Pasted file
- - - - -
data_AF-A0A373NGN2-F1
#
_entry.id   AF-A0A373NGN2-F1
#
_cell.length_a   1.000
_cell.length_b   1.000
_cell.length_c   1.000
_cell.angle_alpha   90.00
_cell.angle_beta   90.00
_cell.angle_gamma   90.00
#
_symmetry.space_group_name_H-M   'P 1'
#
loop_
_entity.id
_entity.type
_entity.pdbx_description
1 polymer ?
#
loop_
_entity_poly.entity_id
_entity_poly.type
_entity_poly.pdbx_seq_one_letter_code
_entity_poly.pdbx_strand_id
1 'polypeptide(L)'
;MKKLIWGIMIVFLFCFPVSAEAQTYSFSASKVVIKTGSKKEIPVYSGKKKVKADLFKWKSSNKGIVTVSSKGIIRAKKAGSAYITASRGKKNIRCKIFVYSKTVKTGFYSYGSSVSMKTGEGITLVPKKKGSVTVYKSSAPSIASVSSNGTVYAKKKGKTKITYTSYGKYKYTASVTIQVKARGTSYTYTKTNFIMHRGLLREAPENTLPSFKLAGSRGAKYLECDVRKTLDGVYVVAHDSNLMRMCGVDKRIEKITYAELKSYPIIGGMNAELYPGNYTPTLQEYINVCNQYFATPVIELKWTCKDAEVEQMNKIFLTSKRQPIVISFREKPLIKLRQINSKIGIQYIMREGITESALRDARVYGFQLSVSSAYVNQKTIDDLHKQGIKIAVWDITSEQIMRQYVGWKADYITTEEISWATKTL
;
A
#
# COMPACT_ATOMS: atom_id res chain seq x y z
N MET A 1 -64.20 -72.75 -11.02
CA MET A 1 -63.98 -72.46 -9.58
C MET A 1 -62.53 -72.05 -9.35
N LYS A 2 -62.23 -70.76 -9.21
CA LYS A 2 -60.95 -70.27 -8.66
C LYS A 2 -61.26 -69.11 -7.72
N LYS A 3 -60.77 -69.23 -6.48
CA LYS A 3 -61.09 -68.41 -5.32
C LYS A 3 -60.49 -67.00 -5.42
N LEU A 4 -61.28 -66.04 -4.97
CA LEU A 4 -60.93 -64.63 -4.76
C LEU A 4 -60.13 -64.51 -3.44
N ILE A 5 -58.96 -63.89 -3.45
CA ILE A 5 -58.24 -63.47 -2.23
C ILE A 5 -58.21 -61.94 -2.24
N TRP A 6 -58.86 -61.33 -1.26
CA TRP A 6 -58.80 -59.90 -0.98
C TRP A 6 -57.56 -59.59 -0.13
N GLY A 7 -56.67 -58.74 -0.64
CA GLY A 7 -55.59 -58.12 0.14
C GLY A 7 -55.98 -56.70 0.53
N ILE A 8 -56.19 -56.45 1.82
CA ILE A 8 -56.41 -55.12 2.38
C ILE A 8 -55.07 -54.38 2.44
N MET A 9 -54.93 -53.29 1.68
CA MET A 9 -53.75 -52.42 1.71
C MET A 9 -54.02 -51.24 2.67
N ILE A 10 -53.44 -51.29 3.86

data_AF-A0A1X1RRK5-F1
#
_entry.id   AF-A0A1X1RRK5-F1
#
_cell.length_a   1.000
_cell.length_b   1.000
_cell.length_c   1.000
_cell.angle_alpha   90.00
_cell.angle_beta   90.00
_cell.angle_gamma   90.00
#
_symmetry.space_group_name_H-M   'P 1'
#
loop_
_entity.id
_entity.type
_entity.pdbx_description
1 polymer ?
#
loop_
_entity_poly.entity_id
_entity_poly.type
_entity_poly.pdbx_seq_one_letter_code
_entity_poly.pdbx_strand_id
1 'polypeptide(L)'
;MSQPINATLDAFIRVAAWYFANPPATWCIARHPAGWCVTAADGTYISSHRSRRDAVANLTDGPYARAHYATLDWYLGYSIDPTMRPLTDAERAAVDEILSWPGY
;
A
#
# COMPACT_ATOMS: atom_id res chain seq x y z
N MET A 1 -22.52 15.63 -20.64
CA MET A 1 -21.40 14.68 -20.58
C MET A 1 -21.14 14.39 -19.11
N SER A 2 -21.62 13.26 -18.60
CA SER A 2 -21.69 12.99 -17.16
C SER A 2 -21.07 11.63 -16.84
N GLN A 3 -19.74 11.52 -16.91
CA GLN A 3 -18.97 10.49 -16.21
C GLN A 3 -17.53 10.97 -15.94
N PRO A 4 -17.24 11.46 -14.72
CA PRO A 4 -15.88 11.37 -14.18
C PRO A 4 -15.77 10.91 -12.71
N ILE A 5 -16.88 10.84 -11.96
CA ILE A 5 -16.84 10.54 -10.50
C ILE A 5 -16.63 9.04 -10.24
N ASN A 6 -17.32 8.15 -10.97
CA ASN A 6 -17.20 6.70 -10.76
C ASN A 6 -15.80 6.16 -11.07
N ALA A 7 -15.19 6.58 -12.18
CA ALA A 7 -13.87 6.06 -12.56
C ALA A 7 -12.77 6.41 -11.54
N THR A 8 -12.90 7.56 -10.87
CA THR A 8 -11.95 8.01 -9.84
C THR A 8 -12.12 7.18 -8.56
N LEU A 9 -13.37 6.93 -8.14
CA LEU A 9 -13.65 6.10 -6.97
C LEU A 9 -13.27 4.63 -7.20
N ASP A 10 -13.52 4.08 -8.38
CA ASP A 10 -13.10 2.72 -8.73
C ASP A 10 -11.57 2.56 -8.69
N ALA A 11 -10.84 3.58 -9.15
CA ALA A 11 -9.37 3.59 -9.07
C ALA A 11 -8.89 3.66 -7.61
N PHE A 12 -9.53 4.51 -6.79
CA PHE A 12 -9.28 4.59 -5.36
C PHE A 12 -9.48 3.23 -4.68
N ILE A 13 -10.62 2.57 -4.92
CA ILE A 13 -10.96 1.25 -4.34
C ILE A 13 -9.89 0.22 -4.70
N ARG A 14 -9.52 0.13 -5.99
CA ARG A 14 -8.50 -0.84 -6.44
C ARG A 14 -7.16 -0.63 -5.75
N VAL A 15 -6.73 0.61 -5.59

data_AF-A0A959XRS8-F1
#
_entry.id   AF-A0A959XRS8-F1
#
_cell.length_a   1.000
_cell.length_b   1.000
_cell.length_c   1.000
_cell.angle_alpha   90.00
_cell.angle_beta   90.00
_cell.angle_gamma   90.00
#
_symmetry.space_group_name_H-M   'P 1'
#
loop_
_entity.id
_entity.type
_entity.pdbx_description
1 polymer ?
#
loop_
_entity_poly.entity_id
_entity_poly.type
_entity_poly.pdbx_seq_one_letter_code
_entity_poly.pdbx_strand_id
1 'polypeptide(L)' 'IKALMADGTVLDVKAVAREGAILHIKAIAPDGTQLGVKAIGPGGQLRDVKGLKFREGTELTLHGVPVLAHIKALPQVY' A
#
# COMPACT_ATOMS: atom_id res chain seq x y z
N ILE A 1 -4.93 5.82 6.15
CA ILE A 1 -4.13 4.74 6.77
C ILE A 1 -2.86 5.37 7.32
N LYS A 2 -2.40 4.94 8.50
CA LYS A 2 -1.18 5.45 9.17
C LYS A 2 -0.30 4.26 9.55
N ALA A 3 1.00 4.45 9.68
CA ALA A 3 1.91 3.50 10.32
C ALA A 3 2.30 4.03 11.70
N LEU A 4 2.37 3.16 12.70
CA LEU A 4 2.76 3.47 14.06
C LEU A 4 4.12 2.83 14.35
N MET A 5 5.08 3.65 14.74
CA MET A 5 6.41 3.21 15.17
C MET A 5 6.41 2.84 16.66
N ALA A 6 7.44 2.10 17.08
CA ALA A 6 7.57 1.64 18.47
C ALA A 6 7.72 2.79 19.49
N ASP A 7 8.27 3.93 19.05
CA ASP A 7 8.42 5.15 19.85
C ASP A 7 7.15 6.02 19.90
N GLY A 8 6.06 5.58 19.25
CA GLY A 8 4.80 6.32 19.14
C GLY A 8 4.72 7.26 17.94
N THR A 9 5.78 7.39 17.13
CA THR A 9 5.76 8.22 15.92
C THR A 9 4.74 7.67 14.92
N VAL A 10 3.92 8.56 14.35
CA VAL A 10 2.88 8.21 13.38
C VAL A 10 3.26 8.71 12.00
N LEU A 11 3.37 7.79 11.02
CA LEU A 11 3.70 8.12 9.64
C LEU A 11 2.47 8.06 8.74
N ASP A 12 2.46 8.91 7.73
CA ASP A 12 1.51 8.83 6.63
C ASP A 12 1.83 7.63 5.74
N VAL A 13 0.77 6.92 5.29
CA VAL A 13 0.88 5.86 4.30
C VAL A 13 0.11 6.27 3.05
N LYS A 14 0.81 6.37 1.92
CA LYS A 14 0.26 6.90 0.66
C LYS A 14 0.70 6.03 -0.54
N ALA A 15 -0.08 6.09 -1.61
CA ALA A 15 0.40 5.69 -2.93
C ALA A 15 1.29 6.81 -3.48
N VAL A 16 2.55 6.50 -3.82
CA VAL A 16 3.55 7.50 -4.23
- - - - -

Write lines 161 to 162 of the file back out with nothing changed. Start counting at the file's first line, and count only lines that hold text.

C ILE A 1 -2.86 5.37 7.32
N LYS A 2 -2.40 4.94 8.50